. You may need to launder or press the placemats before the first use, so be sure to check the fabric paint manufacturer’s instructions.
Project: Frame a leaf.
Old picture frames can be found for next to nothing at yard sales and flea markets — you may even have a few lying around your own home. Put them to work in a quick, seasonal display by hanging a cluster of empty frames on the wall and affixing a leaf or two inside each using poster tack or double-sided tape. Add to the mix with other small items, such as bird’s nests and bits of moss.
You Have: Berry Branches
Project: Adorn a chandelier.
Give your dining room light fixture a new lease on life by artfully draping it with a few bright red berry branches or bittersweet vines. Just beware of berries falling into the food: Take the branches or vines down when berries start to drop, or use faux plants instead.
Mary Jo Bowling, original photo on Houzz
You Have: Fresh Herbs or Seasonal Produce
Project: Set the table with herb bundles.
Make small bundles of fresh-snipped herbs and tie each to a cloth napkin with twine for an easy, elegant and fragrant table setting. No herbs? Use whatever you have on hand from the garden or produce bin — Jerusalem artichokes, lavender, wildflowers and ferns are all lovely choices.
Project: Repurpose wine bottles as vases.
This is the perfect excuse to hold on to a bottle with a really pretty label. Collect a few of different heights and display them together, either on their own or bundled with twine. The narrow neck of a wine bottle makes it perfect for displaying one or two branches — try olive branches, grapes on the vine or long sprigs of freshly cut rosemary.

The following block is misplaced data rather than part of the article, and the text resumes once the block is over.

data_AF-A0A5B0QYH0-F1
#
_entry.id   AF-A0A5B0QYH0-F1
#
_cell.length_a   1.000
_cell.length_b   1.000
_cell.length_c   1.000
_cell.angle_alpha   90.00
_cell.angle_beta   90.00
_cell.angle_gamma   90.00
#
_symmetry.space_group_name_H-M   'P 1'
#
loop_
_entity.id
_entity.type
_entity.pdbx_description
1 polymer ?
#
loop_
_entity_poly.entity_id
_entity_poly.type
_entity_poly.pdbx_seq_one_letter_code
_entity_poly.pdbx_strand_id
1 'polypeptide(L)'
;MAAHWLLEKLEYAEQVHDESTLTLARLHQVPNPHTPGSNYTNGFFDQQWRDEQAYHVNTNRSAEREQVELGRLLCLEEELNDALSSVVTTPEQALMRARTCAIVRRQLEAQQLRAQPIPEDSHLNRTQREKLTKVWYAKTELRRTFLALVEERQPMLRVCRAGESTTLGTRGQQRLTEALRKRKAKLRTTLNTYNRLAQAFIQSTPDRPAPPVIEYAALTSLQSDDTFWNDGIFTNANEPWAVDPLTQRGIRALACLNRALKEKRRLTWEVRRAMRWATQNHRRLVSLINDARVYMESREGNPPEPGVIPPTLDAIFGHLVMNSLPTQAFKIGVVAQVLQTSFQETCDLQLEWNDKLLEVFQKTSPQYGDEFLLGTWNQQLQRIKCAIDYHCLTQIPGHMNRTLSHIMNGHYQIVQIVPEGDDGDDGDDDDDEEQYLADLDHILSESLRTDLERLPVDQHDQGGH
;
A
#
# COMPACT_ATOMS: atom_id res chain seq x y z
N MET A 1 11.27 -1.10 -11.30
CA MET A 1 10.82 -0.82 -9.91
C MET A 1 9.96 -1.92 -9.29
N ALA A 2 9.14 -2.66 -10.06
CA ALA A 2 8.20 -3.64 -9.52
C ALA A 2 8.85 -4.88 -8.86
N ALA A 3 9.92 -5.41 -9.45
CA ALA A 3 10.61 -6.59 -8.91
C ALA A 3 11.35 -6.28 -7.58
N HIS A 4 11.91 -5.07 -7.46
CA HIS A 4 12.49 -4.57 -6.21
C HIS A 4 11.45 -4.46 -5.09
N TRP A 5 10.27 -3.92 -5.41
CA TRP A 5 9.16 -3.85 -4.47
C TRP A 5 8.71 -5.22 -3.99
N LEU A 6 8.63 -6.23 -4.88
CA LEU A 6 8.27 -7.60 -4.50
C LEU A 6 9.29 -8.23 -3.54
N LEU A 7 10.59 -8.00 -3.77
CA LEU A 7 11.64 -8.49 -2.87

Decor Aid, original photo on Houzz
You Have: Succulents or Air Plants
Project: Make a succulent centerpiece.
If you prefer not to spend loads of time arranging fussy flowers at the table, consider a set-it-and-forget-it arrangement like this succulent planter. A long, narrow planter in a beautiful material like copper works well. Use potting medium designed for succulents to ensure proper drainage, and be sure to protect your table with a drip tray.
Project: Highlight a collection under glass.
A cluster of glass cloches and other vessels makes an artful tabletop display when filled with small natural treasures and air plants. Be sure that air plants and succulents are in containers that have some air flow, not a closed-top cloche. Fill out your display with seasonal farmer’s market finds like unshelled nuts and unusual fruits.
You Have: Pinecones
Project: Fill up a vintage pail.
Once you’ve collected more pinecones than your arms can carry, tumble them into a metal pail and tuck it into a blank corner to add textural interest all season long. Galvanized metal buckets (used for harvesting grapes and olives) have an especially interesting texture, but any vintage container will do nicely.
You Have: A Camera
Project: Embrace nature in a photograph.
A photo of a favorite spot in nature can make a meaningful, soothing addition to your home. Take your camera along on your next day trip to a beautiful area (or out to your own backyard) and challenge yourself to take a frame-worthy shot. Taking photos in the early-morning light will usually produce the best results. And don’t be afraid to take a lot — it’s not uncommon for a pro to take a hundred photos to get just one great shot!